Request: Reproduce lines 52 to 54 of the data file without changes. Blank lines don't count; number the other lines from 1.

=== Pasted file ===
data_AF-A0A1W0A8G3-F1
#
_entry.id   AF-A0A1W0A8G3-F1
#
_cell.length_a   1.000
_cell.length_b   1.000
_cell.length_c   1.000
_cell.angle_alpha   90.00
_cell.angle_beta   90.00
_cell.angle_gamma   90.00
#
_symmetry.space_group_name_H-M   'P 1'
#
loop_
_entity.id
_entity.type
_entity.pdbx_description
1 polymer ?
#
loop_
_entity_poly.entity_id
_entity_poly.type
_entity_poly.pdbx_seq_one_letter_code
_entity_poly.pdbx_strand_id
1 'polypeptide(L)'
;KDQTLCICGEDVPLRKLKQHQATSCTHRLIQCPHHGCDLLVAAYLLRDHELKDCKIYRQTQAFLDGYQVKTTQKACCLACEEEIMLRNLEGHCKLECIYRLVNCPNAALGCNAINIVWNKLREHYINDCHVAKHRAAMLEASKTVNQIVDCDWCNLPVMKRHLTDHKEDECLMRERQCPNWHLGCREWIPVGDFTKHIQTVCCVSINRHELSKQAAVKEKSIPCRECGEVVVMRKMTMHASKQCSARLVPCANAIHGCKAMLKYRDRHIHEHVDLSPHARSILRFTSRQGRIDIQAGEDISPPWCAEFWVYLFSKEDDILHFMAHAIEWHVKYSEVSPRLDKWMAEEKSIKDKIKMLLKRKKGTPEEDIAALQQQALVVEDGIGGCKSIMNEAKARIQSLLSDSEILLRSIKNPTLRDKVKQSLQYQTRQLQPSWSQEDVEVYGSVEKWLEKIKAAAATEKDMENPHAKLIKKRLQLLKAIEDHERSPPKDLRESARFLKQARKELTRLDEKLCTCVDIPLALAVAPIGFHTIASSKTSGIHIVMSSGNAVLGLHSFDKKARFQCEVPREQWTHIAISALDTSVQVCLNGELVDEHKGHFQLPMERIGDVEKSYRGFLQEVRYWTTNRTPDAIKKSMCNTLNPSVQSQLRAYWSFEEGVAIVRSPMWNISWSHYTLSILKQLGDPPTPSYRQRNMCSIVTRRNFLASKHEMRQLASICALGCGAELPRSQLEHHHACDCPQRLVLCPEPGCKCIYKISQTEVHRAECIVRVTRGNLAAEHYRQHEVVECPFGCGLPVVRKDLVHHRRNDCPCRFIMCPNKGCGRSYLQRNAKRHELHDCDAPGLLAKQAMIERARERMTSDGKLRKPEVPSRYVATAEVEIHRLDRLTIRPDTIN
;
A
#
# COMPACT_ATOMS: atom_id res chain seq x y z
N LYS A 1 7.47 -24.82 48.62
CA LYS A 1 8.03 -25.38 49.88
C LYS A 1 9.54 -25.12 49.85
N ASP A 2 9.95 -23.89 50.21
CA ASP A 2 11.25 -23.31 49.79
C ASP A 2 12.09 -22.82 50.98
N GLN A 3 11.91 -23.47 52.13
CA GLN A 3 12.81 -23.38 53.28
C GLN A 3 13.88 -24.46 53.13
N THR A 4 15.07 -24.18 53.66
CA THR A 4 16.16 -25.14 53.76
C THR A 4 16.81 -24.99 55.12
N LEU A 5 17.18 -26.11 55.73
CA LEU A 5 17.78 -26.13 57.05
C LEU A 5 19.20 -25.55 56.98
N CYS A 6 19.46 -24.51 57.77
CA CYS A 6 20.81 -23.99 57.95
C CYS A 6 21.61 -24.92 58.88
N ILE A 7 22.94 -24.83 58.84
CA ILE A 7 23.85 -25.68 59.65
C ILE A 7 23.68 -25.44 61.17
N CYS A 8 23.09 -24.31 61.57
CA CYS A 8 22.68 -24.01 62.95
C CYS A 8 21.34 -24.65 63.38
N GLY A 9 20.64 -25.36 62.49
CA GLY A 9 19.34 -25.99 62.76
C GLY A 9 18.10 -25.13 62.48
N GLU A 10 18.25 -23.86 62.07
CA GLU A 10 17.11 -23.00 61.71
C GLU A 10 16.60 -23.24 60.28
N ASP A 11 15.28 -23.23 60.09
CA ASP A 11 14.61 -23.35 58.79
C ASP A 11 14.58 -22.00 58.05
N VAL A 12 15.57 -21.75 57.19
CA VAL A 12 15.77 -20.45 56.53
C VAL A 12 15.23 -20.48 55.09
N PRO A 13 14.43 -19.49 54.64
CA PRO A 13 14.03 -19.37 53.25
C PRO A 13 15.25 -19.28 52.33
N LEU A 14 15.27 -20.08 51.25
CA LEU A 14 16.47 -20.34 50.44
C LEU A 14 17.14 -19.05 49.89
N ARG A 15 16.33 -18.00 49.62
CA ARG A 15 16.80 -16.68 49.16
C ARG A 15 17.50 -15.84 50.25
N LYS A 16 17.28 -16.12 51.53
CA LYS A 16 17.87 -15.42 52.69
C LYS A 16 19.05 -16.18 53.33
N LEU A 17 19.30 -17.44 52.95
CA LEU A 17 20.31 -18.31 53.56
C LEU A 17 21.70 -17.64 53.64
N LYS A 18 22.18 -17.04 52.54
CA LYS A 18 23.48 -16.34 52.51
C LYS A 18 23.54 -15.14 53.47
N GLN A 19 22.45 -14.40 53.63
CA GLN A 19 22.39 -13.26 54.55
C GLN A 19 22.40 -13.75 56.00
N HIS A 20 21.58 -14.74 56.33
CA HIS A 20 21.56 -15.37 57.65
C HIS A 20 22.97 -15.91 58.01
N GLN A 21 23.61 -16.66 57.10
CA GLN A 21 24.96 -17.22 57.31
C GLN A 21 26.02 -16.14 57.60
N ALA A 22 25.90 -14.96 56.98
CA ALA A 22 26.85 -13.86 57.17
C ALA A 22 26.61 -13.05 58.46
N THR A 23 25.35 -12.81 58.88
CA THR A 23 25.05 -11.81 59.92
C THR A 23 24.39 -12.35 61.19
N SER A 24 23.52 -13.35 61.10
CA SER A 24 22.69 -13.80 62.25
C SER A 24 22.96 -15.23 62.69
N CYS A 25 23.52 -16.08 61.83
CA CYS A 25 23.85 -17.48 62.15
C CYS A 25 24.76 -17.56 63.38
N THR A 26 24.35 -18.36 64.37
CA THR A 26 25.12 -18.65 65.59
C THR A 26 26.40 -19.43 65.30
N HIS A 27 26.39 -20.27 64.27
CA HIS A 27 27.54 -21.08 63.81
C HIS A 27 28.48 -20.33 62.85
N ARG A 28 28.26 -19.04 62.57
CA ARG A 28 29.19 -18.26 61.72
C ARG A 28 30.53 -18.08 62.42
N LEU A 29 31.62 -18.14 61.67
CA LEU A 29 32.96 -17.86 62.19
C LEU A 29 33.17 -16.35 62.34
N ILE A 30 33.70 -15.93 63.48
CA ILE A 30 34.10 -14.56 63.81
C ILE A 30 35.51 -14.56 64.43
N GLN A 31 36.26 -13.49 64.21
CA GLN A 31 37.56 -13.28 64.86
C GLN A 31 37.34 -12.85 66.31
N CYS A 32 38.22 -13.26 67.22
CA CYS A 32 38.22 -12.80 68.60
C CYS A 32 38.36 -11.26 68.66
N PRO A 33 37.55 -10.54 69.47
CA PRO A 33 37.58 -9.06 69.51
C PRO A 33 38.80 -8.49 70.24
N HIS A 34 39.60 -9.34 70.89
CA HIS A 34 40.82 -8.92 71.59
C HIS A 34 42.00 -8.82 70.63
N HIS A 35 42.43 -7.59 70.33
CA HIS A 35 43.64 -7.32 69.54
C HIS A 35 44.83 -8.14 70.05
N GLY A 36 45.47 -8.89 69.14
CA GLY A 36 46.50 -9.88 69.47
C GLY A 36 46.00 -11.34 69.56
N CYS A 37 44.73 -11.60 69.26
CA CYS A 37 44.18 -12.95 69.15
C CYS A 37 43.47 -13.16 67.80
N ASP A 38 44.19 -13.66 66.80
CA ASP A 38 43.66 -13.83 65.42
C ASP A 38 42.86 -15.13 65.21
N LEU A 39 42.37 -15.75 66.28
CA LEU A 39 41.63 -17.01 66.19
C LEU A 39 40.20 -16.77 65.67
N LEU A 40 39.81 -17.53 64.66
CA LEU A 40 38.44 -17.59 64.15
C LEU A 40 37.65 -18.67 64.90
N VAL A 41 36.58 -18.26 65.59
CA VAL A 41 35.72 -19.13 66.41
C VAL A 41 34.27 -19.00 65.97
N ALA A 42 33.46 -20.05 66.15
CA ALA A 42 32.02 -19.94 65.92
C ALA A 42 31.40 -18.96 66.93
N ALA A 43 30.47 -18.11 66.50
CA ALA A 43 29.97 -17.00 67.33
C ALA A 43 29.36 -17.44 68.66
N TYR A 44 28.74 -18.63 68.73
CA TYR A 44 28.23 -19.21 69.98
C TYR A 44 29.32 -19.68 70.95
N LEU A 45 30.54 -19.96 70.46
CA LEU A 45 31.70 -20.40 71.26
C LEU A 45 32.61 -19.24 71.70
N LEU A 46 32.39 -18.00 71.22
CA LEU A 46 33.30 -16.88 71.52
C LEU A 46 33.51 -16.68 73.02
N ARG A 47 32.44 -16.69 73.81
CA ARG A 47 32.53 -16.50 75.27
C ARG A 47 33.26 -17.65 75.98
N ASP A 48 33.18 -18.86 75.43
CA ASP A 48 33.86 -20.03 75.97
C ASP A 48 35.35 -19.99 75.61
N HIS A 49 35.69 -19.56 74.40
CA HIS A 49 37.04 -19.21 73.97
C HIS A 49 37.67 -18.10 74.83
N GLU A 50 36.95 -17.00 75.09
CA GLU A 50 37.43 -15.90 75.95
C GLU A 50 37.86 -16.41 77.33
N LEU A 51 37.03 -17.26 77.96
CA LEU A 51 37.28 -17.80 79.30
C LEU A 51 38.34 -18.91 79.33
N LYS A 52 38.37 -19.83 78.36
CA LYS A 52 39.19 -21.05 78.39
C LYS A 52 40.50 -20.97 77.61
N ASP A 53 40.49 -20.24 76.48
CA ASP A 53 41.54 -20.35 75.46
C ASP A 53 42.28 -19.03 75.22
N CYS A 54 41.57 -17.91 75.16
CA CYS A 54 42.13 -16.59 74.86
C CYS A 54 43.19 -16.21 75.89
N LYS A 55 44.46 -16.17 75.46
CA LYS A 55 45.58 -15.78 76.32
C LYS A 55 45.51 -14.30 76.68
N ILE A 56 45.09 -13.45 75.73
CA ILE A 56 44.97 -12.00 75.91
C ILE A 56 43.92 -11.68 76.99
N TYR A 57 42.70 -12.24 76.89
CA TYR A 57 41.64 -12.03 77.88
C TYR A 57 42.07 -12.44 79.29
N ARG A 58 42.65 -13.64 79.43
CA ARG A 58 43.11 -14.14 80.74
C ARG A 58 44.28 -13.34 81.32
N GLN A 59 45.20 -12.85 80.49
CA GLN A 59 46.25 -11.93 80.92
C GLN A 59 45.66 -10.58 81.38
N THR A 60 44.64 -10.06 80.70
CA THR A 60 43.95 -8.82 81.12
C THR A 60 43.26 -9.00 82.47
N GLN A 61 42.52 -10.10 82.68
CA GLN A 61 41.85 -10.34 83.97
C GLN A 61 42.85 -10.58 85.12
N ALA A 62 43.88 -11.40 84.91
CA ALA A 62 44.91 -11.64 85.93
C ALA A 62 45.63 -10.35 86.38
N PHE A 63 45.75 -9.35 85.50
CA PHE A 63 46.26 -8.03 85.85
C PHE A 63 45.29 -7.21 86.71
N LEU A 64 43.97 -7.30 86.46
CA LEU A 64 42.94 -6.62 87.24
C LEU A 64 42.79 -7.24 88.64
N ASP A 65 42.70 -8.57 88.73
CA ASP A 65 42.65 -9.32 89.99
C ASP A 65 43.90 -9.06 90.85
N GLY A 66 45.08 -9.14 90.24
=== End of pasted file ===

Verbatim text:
N CYS A 8 23.09 -24.31 61.57
CA CYS A 8 22.68 -24.01 62.95
C CYS A 8 21.34 -24.65 63.38